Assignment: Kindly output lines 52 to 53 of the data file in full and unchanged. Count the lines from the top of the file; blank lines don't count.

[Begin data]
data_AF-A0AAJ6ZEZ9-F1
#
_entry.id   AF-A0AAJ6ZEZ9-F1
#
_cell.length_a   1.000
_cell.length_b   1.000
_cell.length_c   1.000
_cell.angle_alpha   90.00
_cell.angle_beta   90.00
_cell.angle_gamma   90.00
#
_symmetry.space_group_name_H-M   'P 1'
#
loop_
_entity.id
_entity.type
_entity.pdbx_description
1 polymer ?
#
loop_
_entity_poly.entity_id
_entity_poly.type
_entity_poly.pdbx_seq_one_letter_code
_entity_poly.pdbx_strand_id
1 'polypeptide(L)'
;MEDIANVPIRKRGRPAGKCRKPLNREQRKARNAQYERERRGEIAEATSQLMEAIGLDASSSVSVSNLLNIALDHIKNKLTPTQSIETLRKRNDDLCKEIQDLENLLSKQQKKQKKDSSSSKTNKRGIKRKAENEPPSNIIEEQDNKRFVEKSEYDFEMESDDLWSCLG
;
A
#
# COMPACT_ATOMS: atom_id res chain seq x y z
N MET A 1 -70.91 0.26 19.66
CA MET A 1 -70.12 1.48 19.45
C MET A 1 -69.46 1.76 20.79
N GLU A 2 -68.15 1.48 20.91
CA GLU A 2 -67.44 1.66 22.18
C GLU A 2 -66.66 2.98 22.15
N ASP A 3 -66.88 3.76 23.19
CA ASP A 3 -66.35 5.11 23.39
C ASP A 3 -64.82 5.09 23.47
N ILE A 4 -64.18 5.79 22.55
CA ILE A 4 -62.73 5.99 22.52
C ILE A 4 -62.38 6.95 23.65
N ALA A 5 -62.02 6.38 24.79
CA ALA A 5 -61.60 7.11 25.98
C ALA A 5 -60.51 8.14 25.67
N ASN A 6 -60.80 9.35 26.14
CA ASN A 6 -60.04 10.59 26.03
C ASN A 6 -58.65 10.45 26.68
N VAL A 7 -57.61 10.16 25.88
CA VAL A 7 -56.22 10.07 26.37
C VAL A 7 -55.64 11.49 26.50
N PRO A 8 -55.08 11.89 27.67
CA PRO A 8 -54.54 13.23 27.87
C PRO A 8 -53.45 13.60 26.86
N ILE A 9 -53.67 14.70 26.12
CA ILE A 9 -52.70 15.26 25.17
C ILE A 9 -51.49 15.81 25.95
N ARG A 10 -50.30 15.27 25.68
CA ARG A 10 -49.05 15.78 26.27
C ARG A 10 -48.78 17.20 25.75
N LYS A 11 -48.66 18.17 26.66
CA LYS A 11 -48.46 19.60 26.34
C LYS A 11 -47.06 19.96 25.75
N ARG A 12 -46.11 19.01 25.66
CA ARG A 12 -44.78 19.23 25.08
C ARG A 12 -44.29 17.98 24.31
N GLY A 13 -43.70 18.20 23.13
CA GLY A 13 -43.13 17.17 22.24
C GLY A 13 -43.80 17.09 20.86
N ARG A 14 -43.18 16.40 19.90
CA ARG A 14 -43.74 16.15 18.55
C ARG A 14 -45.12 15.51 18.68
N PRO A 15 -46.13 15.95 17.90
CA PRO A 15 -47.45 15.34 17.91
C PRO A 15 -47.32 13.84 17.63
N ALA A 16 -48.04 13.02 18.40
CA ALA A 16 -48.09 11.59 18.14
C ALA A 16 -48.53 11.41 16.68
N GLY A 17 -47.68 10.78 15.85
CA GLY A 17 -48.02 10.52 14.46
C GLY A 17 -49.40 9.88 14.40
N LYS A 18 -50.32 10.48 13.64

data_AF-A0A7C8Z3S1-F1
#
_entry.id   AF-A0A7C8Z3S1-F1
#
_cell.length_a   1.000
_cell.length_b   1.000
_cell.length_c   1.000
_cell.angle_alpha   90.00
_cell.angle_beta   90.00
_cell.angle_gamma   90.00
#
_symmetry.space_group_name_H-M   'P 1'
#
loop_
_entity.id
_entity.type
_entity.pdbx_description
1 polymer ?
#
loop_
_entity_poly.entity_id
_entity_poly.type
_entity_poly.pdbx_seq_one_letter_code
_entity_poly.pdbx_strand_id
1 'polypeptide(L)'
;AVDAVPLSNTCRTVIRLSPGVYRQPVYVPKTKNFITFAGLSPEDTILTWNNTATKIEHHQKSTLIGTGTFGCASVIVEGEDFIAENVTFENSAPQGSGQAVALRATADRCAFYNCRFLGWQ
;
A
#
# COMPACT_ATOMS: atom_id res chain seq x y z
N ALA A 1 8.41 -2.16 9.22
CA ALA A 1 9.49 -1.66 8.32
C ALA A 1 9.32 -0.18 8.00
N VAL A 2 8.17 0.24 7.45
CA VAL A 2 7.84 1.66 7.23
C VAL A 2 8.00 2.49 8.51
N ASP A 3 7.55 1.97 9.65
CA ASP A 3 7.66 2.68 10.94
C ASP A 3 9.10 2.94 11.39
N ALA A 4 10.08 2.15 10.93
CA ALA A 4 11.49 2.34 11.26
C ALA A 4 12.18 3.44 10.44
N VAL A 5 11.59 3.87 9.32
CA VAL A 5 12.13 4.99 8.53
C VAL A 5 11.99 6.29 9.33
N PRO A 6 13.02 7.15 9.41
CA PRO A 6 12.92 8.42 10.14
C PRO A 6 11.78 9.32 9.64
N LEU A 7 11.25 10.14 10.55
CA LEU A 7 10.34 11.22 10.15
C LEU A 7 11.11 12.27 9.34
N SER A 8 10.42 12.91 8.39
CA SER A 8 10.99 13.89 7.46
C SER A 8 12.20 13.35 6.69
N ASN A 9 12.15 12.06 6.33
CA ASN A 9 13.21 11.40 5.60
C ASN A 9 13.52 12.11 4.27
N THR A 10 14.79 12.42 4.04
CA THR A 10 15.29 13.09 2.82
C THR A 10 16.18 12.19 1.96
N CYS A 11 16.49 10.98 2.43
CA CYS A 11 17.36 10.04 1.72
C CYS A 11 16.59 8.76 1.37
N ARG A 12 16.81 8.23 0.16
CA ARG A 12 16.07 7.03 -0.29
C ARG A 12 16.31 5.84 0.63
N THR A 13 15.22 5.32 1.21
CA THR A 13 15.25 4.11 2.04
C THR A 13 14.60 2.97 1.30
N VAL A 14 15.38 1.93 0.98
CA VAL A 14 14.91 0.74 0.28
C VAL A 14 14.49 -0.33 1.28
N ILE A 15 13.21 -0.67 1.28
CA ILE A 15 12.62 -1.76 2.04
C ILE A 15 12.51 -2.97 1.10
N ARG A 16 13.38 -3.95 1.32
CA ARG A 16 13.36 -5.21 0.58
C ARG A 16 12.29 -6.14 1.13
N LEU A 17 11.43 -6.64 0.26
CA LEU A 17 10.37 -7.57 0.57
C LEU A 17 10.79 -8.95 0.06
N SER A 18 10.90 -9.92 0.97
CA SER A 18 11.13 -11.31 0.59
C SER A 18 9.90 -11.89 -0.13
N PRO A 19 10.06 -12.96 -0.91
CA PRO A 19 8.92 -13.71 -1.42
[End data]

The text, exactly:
N PRO A 8 -55.08 11.89 27.67
CA PRO A 8 -54.54 13.23 27.87